Published March 26, 2014
The military tactical espionage series “Metal Gear Solid” is back, and protagonist Snake has a new voice in Kiefer Sutherland, star of TV’s hit show “24.” But does the latest entry in the video game series live up to the legacy?
While the Metal Gear series can be traced back to 1987, “Metal Gear Solid” – released in 1998 – was a seismic event, a detailed story packed with intrigue and incredible stealth action gameplay that introduced new concepts at every corner. The game was one of the greatest in video game history, and the MGS series has been a hallmark of quality ever since.
Next year will see the release of “Metal Gear Solid V: The Phantom Pain.” But for 2014, Konami has released “Metal Gear Solid V: Ground Zeroes” – a prologue to “Phantom Pain” that is selling for half the price of a normal game: $30 for next-gen consoles, $20 for last-gen.
This may seem like a bargain, but most gamers will complete its main campaign within three hours. On top of that, there are five side missions in “Ground Zeroes” that take it up to the five-to-eight-hour mark, depending on skill level. This not only brings up questions of value, but also of immersion: Just as you’re getting into the main story, it ends.
Which is a shame, because “Ground Zeroes” is stunning, and gives a tantalizing glimpse into next-gen MGS.
You play Big Boss, code-name Snake. It’s 1975, and, following the events of “Metal Gear Solid 3” and “Peace Walker,” Snake is in trouble. The enormous private military base he set up is being eyed by the I.A.E.A., and a former KGB agent named Paz, who knew all the base’s secrets, has been captured by the CIA, along with a punchy kid named Chico.
They are being held at a U.S. base in southern Cuba where human rights don’t apply. It’s named Guantana….. I mean Camp Omega. Yes, that’s right – it’s another heavy-handed, and slightly outdated, swipe at real-life U.S. foreign policy (although, in fairness, the real bad guys aren’t the U.S.). But, strangely for MGS, the story doesn’t play too much of a role.
Apart from two epic cut scenes at the beginning and end that turn the “Peace Walker” story around perfectly for “Phantom Pain” – and that give Sutherland just enough time to show why he might be the perfect choice to take over from David Hayter for voicing Snake – the title is basically all gameplay.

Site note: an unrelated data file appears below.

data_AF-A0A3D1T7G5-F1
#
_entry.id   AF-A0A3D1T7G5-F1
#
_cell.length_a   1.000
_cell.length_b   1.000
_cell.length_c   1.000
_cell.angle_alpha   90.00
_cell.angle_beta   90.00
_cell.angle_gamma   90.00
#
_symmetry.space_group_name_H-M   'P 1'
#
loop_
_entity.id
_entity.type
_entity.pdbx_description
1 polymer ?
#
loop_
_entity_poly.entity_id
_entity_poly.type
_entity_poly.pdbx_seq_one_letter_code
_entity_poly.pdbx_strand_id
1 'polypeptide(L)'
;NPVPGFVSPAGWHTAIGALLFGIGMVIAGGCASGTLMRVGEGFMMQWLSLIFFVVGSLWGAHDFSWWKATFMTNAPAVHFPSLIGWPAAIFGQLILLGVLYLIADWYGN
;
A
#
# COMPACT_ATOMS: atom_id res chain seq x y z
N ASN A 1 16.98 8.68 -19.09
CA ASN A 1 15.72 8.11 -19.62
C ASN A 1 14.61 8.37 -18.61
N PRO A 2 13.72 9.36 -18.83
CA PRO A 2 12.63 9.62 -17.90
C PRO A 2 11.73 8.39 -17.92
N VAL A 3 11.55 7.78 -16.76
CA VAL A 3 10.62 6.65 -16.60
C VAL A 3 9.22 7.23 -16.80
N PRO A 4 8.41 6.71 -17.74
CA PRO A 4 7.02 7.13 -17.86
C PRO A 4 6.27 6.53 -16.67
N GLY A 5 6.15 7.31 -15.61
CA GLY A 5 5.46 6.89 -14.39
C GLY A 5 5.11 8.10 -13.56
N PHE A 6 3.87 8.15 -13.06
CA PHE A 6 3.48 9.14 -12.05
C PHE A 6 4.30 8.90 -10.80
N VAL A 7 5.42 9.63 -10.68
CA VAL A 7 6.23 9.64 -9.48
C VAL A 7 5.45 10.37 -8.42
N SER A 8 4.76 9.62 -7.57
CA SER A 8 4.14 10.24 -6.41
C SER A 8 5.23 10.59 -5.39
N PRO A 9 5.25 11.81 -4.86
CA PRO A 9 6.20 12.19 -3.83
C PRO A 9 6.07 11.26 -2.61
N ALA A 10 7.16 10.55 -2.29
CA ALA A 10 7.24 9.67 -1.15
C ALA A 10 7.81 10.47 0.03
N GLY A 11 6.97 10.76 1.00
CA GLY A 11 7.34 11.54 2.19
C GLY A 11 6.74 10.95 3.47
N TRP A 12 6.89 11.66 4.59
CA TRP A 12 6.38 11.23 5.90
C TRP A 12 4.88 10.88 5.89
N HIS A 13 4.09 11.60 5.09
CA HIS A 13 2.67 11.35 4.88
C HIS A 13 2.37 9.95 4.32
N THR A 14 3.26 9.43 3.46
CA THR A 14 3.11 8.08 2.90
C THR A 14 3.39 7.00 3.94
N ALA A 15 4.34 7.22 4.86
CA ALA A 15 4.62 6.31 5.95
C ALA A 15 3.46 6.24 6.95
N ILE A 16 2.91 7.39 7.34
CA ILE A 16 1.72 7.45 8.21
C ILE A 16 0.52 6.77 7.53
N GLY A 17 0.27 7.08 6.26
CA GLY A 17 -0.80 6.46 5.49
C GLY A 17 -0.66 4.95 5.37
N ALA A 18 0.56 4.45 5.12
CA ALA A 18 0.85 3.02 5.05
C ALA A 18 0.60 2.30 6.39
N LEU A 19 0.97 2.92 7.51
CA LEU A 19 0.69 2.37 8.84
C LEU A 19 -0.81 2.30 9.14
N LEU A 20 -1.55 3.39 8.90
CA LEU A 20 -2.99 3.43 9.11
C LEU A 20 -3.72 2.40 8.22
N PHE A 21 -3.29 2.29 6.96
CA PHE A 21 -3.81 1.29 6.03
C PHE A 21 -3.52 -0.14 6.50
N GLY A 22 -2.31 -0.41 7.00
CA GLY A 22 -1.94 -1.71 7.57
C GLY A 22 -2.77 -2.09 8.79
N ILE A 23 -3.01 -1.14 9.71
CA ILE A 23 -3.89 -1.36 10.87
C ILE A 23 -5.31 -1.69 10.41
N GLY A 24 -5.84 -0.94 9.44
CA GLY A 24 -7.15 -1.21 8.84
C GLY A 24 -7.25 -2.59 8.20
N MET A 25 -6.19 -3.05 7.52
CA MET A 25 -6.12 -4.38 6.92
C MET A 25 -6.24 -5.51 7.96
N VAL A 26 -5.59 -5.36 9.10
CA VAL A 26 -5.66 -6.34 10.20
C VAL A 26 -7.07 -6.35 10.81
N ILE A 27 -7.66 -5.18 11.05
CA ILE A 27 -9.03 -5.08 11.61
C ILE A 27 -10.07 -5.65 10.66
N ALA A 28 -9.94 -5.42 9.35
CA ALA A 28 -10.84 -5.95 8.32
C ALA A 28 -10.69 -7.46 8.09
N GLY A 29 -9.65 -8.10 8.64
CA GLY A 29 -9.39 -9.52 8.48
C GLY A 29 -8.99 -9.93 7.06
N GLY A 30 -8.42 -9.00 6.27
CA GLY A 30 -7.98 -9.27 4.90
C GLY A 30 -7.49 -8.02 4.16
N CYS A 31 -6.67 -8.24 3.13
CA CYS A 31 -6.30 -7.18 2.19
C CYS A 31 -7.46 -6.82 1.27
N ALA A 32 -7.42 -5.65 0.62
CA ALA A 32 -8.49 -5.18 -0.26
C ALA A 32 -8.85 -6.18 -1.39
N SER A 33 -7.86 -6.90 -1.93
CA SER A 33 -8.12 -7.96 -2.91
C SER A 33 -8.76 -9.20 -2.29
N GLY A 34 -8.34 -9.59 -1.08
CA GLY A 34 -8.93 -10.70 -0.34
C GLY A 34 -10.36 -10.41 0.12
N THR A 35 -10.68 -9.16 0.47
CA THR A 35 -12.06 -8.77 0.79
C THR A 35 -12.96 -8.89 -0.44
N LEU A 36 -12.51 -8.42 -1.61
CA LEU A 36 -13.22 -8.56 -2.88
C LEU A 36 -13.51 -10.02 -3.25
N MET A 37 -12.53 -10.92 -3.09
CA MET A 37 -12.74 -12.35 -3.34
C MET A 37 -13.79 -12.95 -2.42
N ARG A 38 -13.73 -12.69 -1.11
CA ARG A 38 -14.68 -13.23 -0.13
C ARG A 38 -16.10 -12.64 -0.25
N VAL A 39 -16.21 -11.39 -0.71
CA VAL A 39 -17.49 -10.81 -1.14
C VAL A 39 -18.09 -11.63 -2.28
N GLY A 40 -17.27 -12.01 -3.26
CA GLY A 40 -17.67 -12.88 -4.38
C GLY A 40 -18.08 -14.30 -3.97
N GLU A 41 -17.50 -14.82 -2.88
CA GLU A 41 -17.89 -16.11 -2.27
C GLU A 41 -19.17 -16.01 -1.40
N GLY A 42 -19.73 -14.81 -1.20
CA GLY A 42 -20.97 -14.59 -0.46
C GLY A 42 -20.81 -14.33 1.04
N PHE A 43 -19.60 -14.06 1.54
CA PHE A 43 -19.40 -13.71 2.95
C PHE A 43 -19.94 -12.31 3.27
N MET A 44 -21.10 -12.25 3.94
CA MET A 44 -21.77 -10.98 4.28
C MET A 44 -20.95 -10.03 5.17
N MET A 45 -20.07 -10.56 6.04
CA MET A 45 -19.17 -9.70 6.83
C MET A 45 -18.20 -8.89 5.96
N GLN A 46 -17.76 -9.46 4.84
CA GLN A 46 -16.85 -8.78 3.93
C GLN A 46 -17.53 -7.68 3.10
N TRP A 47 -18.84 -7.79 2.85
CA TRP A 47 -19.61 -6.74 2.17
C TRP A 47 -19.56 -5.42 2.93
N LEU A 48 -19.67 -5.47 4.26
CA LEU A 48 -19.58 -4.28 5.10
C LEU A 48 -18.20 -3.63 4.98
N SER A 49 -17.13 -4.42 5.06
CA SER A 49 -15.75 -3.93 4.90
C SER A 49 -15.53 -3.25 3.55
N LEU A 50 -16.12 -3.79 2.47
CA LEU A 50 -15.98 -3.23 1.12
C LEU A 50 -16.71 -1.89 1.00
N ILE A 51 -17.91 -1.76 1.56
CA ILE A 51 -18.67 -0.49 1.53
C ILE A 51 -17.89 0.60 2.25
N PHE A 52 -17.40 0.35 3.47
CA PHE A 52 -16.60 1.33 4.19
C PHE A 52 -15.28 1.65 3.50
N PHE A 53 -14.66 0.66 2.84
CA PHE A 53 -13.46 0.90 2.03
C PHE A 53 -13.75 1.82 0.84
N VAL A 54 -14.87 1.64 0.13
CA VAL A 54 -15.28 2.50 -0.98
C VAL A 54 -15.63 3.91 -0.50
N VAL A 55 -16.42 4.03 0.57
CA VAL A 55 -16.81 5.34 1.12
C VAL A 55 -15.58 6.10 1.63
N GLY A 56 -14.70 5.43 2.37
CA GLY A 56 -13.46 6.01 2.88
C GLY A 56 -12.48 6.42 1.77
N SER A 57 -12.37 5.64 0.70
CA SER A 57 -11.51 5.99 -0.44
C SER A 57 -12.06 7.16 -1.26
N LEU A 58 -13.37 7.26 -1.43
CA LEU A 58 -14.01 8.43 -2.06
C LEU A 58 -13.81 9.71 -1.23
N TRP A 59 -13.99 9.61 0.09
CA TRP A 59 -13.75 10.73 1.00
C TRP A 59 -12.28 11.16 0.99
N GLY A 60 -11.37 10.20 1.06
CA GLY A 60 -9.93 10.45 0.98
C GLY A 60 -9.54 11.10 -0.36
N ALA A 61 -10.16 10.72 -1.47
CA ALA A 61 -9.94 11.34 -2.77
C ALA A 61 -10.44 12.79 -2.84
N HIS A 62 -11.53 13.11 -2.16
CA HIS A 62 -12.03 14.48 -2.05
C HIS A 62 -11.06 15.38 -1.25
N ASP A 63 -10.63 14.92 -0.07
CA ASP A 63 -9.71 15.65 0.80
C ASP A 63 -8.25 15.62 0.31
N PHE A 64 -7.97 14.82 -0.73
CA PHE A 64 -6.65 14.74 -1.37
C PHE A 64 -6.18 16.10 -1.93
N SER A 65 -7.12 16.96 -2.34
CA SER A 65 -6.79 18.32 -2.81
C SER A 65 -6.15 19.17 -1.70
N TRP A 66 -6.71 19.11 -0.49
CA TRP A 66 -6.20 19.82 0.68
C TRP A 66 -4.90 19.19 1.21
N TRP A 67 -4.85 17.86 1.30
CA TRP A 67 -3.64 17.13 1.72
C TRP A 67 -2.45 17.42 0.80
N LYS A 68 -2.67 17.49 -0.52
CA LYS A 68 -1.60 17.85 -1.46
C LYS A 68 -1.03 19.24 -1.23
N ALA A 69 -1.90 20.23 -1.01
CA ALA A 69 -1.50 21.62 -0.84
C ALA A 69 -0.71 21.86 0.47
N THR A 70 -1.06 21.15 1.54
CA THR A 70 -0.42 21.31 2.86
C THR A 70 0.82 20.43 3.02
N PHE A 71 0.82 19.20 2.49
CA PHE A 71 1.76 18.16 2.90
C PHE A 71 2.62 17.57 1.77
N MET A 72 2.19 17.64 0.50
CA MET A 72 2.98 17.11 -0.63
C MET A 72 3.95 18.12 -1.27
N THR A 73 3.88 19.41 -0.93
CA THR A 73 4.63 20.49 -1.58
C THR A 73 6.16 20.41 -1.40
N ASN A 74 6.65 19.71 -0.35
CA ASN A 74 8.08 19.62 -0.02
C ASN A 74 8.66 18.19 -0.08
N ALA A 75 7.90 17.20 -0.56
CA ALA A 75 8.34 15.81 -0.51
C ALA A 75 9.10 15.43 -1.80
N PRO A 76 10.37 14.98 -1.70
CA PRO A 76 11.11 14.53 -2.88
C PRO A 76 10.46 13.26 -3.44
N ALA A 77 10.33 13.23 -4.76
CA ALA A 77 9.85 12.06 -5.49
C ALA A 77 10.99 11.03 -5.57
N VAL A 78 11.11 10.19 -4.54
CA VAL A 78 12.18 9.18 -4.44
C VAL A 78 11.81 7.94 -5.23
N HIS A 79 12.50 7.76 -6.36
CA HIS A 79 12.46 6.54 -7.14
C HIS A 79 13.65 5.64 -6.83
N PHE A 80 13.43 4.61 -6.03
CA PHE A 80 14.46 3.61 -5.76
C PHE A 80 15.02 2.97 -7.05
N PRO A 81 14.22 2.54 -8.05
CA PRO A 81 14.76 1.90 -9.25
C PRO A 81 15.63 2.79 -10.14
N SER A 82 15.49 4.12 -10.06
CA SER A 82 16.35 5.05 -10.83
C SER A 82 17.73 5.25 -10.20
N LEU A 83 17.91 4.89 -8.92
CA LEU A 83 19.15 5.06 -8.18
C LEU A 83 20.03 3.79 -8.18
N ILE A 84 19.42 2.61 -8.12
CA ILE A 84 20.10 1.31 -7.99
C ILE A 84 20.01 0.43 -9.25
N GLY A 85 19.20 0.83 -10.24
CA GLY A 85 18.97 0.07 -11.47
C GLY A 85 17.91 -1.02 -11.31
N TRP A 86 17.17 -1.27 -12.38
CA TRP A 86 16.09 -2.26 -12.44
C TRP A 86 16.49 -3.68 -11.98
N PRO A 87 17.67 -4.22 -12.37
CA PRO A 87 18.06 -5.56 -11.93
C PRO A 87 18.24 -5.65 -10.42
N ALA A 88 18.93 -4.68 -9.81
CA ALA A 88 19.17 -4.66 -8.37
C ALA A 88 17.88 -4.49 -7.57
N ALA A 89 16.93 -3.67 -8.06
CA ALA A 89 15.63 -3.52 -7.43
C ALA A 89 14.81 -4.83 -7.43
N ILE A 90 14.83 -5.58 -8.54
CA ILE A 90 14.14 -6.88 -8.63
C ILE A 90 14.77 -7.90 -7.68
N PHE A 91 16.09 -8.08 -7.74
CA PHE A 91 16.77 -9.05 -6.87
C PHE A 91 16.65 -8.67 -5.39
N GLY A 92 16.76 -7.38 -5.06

And it’s amazing.
“Ground Zeroes” uses the Fox Engine model that will be featured in “Phantom Pain,” and not only does it look lovely, it also offers both realism and flexibility. Radar is relegated to a small device in your pocket, and you can now “mark” enemies by scouting them with your binoculars, meaning they can be seen even through obstacles. So if you are careful and scout, you will have a better sense of where everyone is, If you run in, you’re going to get blindsided.
But gun controls are much easier, too, allowing you to fight your way out of trouble. Notably, if you get spotted, time slows down for a few seconds to allow you to take out the guard before he calls for help. It won’t let you storm into a base with guns blazing, but it does give you more confidence to move around, knowing that a single mistake can be taken care of without alerting the whole camp.
Multiple options assist in this sense of realism. When you break into a base, do you slip in through a grate, hitch a lift in a truck, or set off some explosives to create a diversion?
The gameplay in “Ground Zeroes” is tighter, more responsive and packed full of different approaches. It will have many players dying to get their hands on the much, much bigger “Phantom Pain” next year to see how these flesh out.
What a shame, then, that it fails to offer the value for the money of previous titles. They could have staved this off either by cutting the price further or bundling in some more material, such as the PlayStation Portable’s (a now basically defunct console) “Peace Walker” – a great handheld MGS that offers over 60 hours of gameplay.
By not doing do, it grates on what is otherwise excellent. While “Metal Gear Solid V: Ground Zeroes” offers a tantalizing preview of “Phantom Pain,” with top notch graphics, superb gameplay and some fun side missions, many gamers will understandably balk at a $30 game that can easily be completed in an evening. While still a great, short and sweet slice of MGS, one can’t help but feel that Konami has shot itself in the foot with this one.